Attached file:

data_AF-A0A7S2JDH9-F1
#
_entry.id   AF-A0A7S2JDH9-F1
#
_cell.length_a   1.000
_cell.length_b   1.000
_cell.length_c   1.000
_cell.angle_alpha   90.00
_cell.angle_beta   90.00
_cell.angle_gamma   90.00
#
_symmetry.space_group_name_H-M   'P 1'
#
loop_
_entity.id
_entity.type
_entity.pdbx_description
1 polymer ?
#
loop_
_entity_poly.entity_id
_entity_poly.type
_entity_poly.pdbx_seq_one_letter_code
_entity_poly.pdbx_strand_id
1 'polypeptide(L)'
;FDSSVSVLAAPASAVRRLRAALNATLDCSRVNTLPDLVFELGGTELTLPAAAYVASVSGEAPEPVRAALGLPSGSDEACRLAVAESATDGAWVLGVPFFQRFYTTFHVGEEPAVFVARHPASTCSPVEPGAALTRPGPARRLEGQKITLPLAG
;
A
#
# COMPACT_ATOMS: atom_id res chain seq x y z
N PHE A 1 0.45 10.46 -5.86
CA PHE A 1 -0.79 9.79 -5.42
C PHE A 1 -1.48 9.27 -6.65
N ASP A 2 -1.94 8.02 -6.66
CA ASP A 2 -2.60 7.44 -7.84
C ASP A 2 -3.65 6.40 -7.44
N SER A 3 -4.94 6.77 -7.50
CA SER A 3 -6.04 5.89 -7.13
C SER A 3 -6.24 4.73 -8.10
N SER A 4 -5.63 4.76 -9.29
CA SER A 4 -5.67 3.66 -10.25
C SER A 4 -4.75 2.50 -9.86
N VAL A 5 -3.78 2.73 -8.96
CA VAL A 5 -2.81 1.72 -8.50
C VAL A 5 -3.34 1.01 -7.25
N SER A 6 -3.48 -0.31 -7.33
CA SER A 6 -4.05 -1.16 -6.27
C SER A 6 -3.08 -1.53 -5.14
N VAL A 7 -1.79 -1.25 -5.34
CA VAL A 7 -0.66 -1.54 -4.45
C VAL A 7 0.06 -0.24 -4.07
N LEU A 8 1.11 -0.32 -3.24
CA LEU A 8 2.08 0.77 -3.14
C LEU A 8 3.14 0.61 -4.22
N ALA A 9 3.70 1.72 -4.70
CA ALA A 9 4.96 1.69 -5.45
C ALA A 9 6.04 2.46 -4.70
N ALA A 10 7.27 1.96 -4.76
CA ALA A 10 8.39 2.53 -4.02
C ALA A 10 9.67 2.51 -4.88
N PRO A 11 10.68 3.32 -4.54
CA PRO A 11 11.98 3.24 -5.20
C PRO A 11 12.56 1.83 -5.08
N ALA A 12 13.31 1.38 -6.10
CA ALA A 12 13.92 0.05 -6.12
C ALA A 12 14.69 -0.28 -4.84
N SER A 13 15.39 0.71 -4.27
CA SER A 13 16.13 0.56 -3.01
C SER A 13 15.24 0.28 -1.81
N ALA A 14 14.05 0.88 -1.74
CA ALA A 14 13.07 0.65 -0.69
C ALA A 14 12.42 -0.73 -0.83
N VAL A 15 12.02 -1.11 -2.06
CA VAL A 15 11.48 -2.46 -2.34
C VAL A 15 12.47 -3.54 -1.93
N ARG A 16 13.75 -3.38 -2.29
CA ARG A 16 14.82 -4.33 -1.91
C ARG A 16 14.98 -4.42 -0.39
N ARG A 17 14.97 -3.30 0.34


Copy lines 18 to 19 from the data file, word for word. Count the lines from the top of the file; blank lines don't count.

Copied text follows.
1 polymer ?
#